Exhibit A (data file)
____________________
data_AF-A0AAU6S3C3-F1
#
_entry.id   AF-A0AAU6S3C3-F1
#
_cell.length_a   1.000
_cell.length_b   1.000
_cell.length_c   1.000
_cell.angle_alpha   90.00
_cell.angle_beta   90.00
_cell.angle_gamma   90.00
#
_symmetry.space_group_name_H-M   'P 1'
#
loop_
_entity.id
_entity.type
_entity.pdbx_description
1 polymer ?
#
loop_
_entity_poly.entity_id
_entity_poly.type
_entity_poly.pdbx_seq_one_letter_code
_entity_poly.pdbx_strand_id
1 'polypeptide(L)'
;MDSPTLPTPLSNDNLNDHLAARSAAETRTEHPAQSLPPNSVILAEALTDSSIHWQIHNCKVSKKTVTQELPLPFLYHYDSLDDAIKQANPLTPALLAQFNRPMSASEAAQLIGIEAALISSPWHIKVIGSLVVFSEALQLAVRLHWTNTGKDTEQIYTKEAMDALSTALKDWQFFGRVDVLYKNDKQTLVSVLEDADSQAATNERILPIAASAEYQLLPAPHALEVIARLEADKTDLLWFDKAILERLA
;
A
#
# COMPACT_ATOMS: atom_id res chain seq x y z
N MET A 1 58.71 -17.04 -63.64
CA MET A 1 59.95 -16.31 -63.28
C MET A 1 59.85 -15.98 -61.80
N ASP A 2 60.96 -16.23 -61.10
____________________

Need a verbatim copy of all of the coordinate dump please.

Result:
data_AF-A0AAU6S3C3-F1
#
_entry.id   AF-A0AAU6S3C3-F1
#
_cell.length_a   1.000
_cell.length_b   1.000
_cell.length_c   1.000
_cell.angle_alpha   90.00
_cell.angle_beta   90.00
_cell.angle_gamma   90.00
#
_symmetry.space_group_name_H-M   'P 1'
#
loop_
_entity.id
_entity.type
_entity.pdbx_description
1 polymer ?
#
loop_
_entity_poly.entity_id
_entity_poly.type
_entity_poly.pdbx_seq_one_letter_code
_entity_poly.pdbx_strand_id
1 'polypeptide(L)'
;MDSPTLPTPLSNDNLNDHLAARSAAETRTEHPAQSLPPNSVILAEALTDSSIHWQIHNCKVSKKTVTQELPLPFLYHYDSLDDAIKQANPLTPALLAQFNRPMSASEAAQLIGIEAALISSPWHIKVIGSLVVFSEALQLAVRLHWTNTGKDTEQIYTKEAMDALSTALKDWQFFGRVDVLYKNDKQTLVSVLEDADSQAATNERILPIAASAEYQLLPAPHALEVIARLEADKTDLLWFDKAILERLA
;
A
#
# COMPACT_ATOMS: atom_id res chain seq x y z
N MET A 1 58.71 -17.04 -63.64
CA MET A 1 59.95 -16.31 -63.28
C MET A 1 59.85 -15.98 -61.80
N ASP A 2 60.96 -16.23 -61.10